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Plectrurus guentheri

Plectrurus guentheri

Superregnum: Eukaryota
Regnum: Animalia
Subregnum: Eumetazoa
Cladus: Bilateria
Cladus: Nephrozoa
Superphylum: Deuterostomia
Phylum: Chordata
Cladus: Craniata
Subphylum: Vertebrata
Infraphylum: Gnathostomata
Superclassis: Tetrapoda
Cladus: Reptiliomorpha
Cladus: Amniota
Classis: Reptilia
Cladus: Eureptilia
Cladus: Romeriida
Subclassis: Diapsida
Cladus: Sauria
Infraclassis: Lepidosauromorpha
Superordo: Lepidosauria
Ordo: Squamata
Subordo: Serpentes
Superfamilia: Booidea

Familia: Uropeltidae
Genus: Plectrurus
Species: Plectrurus guentheri

Plectrurus guentheri Beddome, 1863

Uetz, P. & Hallermann, J. 2022. Plectrurus guentheri. The Reptile Database. Accessed on 14 May 2020.
Srinivasulu, B., Srinivasulu, C., Vijayakumar, S.P., Ganesan, S.R. & Ramesh, M. 2013. IUCN: Plectrurus guentheri (Data Deficient). The IUCN Red List of Threatened Species 2013: e.T172605A1350602. DOI: 10.2305/IUCN.UK.2013-1.RLTS.T172605A1350602.en

Vernacular names
English: Günther's Burrowing Snake

Plectrurus guentheri, commonly known as Günther's burrowing snake, is a species of snake in the family Uropeltidae. The species is endemic to the Western Ghats of India.


The following description of P. guentheri is provided by Beddome (1864: 180): "Scales of the neck in 17 rows; anterior portion of the trunk in 13 rows, of the rest of the body in 15 rows; head-shields as in P. perroteti, only the rostral is not produced so far back. All the scales of the tail 5-6-keeled, and some of the approximated scales of the body also keeled; terminal scale of the tail with four sharp points, and covered with small tubercles; abdominals 172, and a bifid anal; subcaudals 12. Total length 13 inches [33 cm], circumference 1+2⁄8 inches [32 mm]. Colour of the body a bright reddish purple; belly yellow, the yellow colour rising up on the sides of the trunk into regular pyramid-shaped markings, and the purple colour descending in the same way down to the abdominals".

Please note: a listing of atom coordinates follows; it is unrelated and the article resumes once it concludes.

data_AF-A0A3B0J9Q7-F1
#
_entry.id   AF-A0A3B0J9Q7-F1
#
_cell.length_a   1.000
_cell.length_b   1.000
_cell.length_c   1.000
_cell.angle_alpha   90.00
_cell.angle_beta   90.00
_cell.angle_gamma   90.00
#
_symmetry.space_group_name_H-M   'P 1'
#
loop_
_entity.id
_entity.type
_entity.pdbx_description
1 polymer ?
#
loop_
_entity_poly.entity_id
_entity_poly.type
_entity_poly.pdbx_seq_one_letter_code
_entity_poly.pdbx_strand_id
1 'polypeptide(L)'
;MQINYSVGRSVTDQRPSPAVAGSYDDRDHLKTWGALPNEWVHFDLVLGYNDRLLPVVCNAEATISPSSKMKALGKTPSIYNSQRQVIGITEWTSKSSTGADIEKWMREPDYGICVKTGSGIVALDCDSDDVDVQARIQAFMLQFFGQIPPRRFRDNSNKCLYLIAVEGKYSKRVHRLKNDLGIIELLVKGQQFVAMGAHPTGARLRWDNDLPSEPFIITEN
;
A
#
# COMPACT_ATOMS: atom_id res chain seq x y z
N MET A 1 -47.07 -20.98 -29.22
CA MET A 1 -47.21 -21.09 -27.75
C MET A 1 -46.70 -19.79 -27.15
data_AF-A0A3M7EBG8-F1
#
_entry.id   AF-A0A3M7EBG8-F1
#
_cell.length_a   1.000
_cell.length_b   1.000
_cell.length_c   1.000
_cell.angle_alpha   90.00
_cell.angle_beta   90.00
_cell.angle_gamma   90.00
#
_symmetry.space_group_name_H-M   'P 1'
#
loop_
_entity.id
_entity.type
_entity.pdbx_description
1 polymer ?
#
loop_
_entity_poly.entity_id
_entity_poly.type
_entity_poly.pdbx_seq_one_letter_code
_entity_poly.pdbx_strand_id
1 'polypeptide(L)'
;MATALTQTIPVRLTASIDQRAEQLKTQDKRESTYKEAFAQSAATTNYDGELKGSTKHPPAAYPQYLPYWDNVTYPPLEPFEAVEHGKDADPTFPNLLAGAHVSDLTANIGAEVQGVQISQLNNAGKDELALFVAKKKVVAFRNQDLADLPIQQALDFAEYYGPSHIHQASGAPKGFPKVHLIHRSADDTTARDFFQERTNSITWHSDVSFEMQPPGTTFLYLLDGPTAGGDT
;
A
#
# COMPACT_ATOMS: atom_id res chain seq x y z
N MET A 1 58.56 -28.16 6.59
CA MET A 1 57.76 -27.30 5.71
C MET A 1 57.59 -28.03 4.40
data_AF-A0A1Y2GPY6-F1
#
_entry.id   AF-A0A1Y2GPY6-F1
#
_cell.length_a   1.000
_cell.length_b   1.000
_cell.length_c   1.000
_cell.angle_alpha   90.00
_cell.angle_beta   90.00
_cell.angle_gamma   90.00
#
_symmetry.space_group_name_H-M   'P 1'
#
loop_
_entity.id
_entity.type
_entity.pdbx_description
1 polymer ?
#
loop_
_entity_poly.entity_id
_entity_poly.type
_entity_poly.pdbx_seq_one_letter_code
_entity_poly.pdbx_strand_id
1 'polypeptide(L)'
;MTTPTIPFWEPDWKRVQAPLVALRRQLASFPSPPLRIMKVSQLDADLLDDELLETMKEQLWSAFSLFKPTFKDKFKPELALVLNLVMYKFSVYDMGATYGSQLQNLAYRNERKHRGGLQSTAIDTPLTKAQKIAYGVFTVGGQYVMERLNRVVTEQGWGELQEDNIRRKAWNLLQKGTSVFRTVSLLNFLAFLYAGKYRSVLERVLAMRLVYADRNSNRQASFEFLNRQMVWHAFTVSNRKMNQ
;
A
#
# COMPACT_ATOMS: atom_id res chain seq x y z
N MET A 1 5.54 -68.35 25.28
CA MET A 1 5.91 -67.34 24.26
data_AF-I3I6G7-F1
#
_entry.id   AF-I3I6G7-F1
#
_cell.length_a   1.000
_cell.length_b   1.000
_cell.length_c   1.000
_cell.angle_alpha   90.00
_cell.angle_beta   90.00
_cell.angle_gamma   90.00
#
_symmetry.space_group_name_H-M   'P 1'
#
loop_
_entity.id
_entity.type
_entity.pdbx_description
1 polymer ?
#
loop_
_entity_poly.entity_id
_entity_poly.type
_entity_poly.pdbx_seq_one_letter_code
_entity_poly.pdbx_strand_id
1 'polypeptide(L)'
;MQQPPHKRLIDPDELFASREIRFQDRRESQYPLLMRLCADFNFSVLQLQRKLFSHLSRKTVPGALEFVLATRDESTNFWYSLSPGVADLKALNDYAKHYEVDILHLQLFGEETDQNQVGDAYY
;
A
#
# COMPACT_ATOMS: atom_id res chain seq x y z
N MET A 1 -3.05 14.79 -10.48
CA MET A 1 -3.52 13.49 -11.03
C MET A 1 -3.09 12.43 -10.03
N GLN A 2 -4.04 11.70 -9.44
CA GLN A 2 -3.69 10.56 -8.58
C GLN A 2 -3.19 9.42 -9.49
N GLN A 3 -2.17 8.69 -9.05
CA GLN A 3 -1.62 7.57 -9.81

Boulenger (1893) added the following details: "Snout obtuse; rostral small, the portion visible from above shorter than its distance from the frontal; nasals in contact; frontal longer than broad. Eye half the length of the ocular. Diameter of body 36 to 42 times in the total length. Ventrals not twice as large as the contiguous scales. Terminal scute with two superposed bi- or tricuspid transverse ridges.[1]

P. guentheri is named after Albert Günther (1830–1914), German-born zoologist at the British Museum.[2]
Geographic range

P. guentheri is found in the Western Ghats and associated hills of southern India.

The type locality is "Walaghat on the Western slopes of the Neilgherries" (Nilgiris).

Boulenger GA (1893). Catalogue of the Snakes in the British Museum (Natural History). Volume I., Containing the Families ... Uropeltidæ ... London: Trustees of the British Museum (Natural History). (Taylor and Francis, printers). xiii + 448 pp. + Plates I-XXVIII. (Plectrurus guentheri, p. 162).

Beolens, Bo; Watkins, Michael; Grayson M (2011). The Eponym Dictionary of Reptiles. Baltimore: Johns Hopkins University Press. xiii + 296 pp. ISBN 978-1-4214-0135-5. (Plectrurus guentheri, p. 110).

Further reading

Beddome RH (1863). "Descriptions of New Species of the Family Uropeltidæ from Southern India, with Notes on other little-known Species". Proc. Zool. Soc. London 1863: 225-229 + Plates XXV, XXVI, XXVII. (Plectrurus guentheri, new species, p. 228 + Plate XXVII).
Beddome RH (1863). "Further Notes upon the Snakes of the Madras Presidency; with some Descriptions of New Species". Madras Quart. J. Med. Sci. 6: 41–48. [Reprint: 1940. J. Soc. Bibliogr. Nat. Sci., London 1 (10): 306–314.]
Beddome RH (1864). "Descriptions of New Species of the family Uropeltidae from Southern India, with Notes on other little-known Species". Ann. Mag. Nat. Hist., Third Series 13: 177–180.
Beddome RH (1886). "An Account of the Earth-Snakes of the Peninsula of India and Ceylon". Ann. Mag. Nat. Hist., Fifth Series 17: 3-33.


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